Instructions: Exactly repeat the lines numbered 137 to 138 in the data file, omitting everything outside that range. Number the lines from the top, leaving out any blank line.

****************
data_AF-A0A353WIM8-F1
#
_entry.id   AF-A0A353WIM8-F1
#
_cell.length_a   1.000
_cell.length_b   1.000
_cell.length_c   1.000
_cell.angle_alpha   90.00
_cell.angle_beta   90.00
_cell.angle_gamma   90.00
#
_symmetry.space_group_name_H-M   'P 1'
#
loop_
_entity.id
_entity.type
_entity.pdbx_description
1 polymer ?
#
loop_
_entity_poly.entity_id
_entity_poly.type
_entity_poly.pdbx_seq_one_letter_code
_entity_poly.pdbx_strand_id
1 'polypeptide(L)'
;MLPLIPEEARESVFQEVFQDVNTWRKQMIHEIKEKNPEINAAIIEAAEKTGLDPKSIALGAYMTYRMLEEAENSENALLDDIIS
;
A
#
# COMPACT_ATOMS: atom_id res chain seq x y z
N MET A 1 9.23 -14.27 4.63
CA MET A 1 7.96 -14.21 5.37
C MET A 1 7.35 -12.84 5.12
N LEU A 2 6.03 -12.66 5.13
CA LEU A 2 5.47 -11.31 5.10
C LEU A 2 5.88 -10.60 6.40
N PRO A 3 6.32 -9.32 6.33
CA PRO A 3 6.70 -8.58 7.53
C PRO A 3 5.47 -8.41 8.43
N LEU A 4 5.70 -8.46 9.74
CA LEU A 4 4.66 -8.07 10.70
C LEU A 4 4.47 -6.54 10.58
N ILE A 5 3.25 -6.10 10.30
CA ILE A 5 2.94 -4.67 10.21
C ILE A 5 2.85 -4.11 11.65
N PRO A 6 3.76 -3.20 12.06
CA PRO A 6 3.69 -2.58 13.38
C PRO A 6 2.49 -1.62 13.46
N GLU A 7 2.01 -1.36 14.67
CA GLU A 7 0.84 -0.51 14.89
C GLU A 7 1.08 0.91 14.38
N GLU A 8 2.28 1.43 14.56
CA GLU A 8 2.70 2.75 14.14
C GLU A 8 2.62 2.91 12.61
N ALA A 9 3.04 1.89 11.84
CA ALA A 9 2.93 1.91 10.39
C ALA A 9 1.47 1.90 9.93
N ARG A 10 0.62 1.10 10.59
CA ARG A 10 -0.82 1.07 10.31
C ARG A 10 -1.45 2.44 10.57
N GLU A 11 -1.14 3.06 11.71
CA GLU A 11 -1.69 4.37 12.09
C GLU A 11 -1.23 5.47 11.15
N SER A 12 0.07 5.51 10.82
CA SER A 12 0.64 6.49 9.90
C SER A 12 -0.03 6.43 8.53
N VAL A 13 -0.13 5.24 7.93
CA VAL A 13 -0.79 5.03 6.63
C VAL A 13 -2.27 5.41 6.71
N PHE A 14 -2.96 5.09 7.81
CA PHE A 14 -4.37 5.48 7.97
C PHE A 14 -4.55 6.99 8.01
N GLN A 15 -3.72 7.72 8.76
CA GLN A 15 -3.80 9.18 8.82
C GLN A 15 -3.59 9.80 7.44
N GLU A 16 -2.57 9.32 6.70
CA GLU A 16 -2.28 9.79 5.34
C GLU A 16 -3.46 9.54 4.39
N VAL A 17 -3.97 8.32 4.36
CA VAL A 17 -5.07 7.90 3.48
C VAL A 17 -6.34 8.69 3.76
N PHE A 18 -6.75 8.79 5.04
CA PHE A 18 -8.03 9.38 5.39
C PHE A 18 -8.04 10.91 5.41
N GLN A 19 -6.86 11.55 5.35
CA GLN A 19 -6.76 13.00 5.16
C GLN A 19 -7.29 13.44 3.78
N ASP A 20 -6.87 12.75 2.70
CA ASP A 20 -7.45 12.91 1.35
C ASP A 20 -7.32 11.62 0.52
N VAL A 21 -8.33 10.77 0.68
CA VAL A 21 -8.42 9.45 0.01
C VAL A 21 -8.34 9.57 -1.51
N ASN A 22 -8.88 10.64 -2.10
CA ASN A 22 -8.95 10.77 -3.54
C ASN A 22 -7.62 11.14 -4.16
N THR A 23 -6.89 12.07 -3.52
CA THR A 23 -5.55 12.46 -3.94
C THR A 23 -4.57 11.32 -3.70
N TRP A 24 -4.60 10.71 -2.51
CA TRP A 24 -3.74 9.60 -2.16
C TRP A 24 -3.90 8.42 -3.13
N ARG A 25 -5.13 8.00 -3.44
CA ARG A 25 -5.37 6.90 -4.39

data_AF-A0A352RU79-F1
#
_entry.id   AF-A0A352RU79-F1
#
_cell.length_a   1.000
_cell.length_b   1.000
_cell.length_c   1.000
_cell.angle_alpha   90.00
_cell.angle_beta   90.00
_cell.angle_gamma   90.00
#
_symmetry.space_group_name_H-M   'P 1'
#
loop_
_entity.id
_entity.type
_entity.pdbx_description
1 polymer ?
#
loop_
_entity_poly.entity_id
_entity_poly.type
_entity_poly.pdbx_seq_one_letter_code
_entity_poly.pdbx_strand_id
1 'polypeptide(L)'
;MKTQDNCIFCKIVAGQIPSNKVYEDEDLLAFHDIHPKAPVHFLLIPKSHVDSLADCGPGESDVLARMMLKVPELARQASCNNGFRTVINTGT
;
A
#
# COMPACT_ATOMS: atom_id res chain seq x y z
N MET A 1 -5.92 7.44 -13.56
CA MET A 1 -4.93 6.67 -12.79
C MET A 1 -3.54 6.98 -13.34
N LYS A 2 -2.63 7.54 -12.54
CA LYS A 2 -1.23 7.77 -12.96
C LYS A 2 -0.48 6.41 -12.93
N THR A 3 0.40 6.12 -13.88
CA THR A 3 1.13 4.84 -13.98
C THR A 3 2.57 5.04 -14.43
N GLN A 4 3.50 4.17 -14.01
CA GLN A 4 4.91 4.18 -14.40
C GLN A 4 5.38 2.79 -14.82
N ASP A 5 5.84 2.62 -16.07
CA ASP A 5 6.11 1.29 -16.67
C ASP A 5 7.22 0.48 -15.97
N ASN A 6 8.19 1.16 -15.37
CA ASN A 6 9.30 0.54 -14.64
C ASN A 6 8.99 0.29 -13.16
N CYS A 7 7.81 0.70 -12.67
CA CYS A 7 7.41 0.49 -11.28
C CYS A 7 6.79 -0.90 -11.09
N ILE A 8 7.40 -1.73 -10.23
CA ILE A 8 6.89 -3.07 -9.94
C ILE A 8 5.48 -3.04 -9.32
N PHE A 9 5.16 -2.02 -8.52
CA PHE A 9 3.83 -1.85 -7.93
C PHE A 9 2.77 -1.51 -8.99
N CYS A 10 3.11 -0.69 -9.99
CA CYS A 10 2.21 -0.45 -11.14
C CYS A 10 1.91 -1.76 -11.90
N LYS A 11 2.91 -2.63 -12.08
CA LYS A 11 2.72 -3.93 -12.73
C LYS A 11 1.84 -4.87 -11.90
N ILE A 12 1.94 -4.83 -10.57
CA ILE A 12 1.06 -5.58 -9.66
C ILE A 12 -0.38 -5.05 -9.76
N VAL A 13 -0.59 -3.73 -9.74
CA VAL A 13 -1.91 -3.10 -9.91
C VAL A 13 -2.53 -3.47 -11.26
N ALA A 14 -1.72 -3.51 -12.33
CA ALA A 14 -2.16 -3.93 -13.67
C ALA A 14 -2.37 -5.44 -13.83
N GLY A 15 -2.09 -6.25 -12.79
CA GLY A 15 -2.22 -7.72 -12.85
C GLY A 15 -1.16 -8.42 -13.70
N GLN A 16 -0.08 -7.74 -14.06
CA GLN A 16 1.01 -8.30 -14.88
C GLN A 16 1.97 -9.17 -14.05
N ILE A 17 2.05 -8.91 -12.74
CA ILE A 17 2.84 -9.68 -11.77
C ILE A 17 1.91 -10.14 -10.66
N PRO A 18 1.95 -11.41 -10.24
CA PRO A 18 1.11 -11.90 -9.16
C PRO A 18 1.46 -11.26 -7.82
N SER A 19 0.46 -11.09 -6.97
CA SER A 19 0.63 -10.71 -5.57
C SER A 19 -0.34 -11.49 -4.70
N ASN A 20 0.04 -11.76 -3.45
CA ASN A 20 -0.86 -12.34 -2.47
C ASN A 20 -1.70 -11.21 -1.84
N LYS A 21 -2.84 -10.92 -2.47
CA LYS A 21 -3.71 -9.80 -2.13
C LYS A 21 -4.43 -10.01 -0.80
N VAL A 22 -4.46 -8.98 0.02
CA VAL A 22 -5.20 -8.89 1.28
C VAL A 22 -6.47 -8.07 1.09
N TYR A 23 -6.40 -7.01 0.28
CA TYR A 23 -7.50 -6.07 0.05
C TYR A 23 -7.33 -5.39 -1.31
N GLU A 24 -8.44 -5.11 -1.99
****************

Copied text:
C MET A 1 -3.54 6.98 -13.34
N LYS A 2 -2.63 7.54 -12.54